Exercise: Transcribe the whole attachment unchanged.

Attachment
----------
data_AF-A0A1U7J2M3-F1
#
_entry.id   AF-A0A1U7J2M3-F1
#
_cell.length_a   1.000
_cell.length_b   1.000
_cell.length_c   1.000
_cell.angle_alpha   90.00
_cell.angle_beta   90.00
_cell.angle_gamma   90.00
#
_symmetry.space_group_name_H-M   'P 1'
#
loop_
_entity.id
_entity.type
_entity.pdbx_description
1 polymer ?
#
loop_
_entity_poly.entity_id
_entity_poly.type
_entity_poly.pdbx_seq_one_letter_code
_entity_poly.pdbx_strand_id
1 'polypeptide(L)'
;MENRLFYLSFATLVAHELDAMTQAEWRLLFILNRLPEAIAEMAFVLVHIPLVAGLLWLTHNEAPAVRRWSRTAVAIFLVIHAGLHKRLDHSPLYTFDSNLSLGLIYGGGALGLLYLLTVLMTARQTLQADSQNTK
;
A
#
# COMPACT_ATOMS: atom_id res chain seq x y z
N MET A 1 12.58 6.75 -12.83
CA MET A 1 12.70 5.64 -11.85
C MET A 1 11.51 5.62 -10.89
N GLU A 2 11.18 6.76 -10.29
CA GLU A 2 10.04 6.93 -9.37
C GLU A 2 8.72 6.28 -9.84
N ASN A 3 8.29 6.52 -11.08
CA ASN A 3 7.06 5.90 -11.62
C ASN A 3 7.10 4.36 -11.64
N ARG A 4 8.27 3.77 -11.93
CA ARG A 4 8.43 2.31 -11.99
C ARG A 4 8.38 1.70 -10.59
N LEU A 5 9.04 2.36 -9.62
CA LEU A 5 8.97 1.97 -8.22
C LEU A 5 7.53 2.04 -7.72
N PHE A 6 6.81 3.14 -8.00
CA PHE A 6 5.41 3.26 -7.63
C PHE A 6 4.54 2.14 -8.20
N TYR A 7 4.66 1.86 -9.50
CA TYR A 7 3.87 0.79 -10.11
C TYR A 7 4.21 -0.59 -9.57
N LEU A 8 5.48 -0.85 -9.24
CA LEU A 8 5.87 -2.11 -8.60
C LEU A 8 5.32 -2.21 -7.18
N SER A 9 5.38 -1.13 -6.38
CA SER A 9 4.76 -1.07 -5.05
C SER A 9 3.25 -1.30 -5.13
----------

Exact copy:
data_AF-A0A1U7J2M3-F1
#
_entry.id   AF-A0A1U7J2M3-F1
#
_cell.length_a   1.000
_cell.length_b   1.000
_cell.length_c   1.000
_cell.angle_alpha   90.00
_cell.angle_beta   90.00
_cell.angle_gamma   90.00
#
_symmetry.space_group_name_H-M   'P 1'
#
loop_
_entity.id
_entity.type
_entity.pdbx_description
1 polymer ?
#
loop_
_entity_poly.entity_id
_entity_poly.type
_entity_poly.pdbx_seq_one_letter_code
_entity_poly.pdbx_strand_id
1 'polypeptide(L)'
;MENRLFYLSFATLVAHELDAMTQAEWRLLFILNRLPEAIAEMAFVLVHIPLVAGLLWLTHNEAPAVRRWSRTAVAIFLVIHAGLHKRLDHSPLYTFDSNLSLGLIYGGGALGLLYLLTVLMTARQTLQADSQNTK
;
A
#
# COMPACT_ATOMS: atom_id res chain seq x y z
N MET A 1 12.58 6.75 -12.83
CA MET A 1 12.70 5.64 -11.85
C MET A 1 11.51 5.62 -10.89
N GLU A 2 11.18 6.76 -10.29
CA GLU A 2 10.04 6.93 -9.37
C GLU A 2 8.72 6.28 -9.84
N ASN A 3 8.29 6.52 -11.08
CA ASN A 3 7.06 5.90 -11.62
C ASN A 3 7.10 4.36 -11.64
N ARG A 4 8.27 3.77 -11.93
CA ARG A 4 8.43 2.31 -11.99
C ARG A 4 8.38 1.70 -10.59
N LEU A 5 9.04 2.36 -9.62
CA LEU A 5 8.97 1.97 -8.22
C LEU A 5 7.53 2.04 -7.72
N PHE A 6 6.81 3.14 -8.00
CA PHE A 6 5.41 3.26 -7.63
C PHE A 6 4.54 2.14 -8.20
N TYR A 7 4.66 1.86 -9.50
CA TYR A 7 3.87 0.79 -10.11
C TYR A 7 4.21 -0.59 -9.57
N LEU A 8 5.48 -0.85 -9.24
CA LEU A 8 5.87 -2.11 -8.60
C LEU A 8 5.32 -2.21 -7.18
N SER A 9 5.38 -1.13 -6.38
CA SER A 9 4.76 -1.07 -5.05
C SER A 9 3.25 -1.30 -5.13